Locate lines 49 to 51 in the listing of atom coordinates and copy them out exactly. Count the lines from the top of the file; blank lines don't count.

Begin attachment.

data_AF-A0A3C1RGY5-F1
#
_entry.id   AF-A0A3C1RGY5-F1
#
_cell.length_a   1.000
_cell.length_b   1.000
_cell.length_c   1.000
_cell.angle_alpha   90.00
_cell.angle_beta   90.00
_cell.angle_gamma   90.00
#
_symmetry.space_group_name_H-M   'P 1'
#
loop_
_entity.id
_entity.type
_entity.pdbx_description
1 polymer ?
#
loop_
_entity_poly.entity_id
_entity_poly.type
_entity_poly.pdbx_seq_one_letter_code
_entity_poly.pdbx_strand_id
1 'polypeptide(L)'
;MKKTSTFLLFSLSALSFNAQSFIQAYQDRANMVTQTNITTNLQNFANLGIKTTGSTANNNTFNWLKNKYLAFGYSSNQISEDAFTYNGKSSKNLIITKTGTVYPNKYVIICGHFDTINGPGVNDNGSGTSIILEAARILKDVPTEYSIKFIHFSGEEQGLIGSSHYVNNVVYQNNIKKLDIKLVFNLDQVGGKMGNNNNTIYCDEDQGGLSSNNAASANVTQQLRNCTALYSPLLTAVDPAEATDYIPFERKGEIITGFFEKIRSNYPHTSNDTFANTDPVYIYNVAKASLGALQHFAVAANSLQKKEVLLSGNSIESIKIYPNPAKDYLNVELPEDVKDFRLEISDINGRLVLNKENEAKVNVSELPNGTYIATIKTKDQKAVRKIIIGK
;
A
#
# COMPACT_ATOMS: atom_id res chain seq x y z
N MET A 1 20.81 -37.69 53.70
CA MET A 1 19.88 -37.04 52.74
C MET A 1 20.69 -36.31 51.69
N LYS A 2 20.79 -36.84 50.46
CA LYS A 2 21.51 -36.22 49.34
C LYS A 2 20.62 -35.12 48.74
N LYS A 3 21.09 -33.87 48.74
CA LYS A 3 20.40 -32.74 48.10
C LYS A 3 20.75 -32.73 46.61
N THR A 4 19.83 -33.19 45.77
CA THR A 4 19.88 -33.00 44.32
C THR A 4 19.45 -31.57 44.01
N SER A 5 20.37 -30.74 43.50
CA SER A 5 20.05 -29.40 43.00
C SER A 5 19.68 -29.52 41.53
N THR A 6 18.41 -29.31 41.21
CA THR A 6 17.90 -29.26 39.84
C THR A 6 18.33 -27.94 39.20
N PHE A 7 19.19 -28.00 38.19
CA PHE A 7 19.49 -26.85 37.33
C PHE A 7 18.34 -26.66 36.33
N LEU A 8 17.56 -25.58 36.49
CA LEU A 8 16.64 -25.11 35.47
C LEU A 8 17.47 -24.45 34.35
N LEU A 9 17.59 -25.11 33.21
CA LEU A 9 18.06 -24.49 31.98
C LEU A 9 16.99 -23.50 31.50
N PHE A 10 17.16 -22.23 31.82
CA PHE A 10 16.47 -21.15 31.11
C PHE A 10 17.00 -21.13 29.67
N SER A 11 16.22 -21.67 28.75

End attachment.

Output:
N PHE A 7 19.19 -28.00 38.19
CA PHE A 7 19.49 -26.85 37.33
C PHE A 7 18.34 -26.66 36.33